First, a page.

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Past wage loss and returning to work

Why would I go back to work if I am still in pain? Doesn’t that make me look like I’m okay? Shouldn’t I stay home to prove that I am hurt and cannot work?  Will I be entitled to past wage loss?

In the July 17, 2015 decision in Bellaisac v. Mara, 2015 BCSC 1247 (, Mr. Justice Funt refers to the plaintiff’s post-crash return to part-time work as a demolition worker to support an income loss award. Rather than viewing this as proof that the plaintiff could work in heavy labour post-crash, he found that the plaintiff’s struggle to continue working showed that he was hard-working and reliable. He concluded that absent the collision, the plaintiff would have worked full time; once again showing that the court will generally not penalize stoicism:

  1. Past Wage Loss

[74]         At the time of the collision, the plaintiff was working for approximately $19 per hour. The evidence reflected a range. The Court has used $19 per hour, which includes benefits such as vacation pay to calculate past wage loss.

[75]         As noted, the plaintiff was viewed as hardworking and reliable. During the period from the date of collision to trial, the evidence established that there was a healthy demand for demolition work and demolition workers.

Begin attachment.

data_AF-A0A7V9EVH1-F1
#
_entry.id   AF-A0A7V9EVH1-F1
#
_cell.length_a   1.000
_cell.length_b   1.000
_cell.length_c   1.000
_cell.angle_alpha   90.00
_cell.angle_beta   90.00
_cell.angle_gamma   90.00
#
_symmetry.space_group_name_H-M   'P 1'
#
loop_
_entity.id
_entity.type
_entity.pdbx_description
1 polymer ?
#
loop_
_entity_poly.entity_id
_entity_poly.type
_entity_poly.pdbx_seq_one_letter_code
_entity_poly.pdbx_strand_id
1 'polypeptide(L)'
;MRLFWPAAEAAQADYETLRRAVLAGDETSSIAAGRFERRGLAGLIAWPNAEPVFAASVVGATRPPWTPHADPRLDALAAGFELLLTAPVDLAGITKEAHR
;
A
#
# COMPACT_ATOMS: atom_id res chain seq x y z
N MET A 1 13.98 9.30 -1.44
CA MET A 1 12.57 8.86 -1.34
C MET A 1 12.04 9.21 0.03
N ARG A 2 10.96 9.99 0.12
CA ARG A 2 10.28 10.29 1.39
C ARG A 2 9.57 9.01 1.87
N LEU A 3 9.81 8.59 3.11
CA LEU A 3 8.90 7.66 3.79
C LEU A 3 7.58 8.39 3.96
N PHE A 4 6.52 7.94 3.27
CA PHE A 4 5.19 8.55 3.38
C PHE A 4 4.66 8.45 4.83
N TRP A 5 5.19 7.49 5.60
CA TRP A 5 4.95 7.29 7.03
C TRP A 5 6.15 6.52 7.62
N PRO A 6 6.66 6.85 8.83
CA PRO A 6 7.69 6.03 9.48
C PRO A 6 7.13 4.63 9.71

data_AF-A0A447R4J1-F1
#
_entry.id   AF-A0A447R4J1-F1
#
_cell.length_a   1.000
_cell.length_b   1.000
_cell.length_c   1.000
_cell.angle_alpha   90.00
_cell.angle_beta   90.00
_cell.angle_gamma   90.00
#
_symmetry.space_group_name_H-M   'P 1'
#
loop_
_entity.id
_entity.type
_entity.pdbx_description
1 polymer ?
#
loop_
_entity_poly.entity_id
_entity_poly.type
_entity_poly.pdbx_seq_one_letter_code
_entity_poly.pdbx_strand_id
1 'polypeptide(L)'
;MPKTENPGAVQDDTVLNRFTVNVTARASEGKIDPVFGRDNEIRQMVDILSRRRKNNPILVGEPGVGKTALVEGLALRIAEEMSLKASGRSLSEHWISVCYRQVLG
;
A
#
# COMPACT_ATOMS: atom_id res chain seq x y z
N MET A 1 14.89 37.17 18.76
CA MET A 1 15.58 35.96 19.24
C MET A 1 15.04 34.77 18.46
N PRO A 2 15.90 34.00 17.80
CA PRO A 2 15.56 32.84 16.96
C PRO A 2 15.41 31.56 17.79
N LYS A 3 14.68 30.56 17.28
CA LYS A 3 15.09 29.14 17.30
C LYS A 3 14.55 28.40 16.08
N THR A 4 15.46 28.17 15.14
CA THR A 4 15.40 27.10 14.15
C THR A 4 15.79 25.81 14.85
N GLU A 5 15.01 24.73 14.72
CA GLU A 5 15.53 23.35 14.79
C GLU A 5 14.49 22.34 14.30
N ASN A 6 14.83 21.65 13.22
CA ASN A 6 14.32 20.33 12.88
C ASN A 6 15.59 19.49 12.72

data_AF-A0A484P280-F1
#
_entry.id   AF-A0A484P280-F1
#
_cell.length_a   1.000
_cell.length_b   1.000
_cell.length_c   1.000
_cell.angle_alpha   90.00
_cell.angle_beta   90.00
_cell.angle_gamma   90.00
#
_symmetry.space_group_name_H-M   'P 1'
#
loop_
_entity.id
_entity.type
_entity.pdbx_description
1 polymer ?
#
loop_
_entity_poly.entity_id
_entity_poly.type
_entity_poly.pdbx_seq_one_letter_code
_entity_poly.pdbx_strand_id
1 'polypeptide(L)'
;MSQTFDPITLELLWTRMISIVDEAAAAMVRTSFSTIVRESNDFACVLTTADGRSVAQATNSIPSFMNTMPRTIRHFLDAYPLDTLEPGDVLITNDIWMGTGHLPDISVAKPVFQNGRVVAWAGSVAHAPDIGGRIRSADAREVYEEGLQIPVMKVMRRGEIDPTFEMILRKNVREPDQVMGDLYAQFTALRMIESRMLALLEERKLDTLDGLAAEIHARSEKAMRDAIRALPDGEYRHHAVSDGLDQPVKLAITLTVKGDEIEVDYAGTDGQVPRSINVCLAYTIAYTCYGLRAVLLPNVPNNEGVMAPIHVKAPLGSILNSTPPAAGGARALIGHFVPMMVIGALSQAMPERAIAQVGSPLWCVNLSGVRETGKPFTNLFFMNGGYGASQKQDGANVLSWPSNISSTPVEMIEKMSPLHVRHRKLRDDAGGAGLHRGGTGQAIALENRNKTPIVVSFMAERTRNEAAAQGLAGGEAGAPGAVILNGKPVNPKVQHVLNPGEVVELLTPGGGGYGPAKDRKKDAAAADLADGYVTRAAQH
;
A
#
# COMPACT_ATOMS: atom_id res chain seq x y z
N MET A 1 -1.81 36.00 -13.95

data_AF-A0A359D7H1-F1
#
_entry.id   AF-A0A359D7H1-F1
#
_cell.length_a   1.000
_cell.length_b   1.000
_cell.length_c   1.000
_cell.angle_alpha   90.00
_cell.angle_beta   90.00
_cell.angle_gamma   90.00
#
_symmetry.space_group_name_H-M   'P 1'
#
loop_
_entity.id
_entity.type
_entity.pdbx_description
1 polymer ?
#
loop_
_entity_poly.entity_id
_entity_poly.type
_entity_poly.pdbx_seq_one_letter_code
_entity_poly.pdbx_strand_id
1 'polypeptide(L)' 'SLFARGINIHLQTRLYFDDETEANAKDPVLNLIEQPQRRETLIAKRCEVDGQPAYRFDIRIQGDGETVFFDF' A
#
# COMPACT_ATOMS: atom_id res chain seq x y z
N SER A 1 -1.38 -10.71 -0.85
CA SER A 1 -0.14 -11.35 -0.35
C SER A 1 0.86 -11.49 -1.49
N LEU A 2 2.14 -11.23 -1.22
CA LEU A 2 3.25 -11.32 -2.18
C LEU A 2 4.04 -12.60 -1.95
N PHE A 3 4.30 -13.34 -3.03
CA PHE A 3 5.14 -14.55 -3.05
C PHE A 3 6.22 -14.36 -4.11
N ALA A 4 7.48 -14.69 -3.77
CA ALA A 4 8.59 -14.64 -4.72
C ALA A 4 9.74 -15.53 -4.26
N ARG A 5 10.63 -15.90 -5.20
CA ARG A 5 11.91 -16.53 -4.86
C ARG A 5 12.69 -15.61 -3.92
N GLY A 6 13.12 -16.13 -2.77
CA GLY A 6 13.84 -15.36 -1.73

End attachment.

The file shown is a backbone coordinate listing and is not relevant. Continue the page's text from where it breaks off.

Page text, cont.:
[76]         The fact that the plaintiff has worked since the collision, despite enduring pain and the risk of occupational burnout (as Dr. Gouws describes), satisfies the Court that the plaintiff, but for the collision, would have worked full time.

[77]         The Court will, in making its calculations, assume 50 full time weeks of work per year and a wage of $19 per hour for 2009 and 2010, $20 per hour for 2011 and 2012, and $21 per hour for 2013 and 2014. The increases reflect the fact that the plaintiff was viewed favourably by his employers and co-workers. In order to be conservative the Court has not included potential overtime pay. The Court has also not included potential promotions as a result of his poor English skills.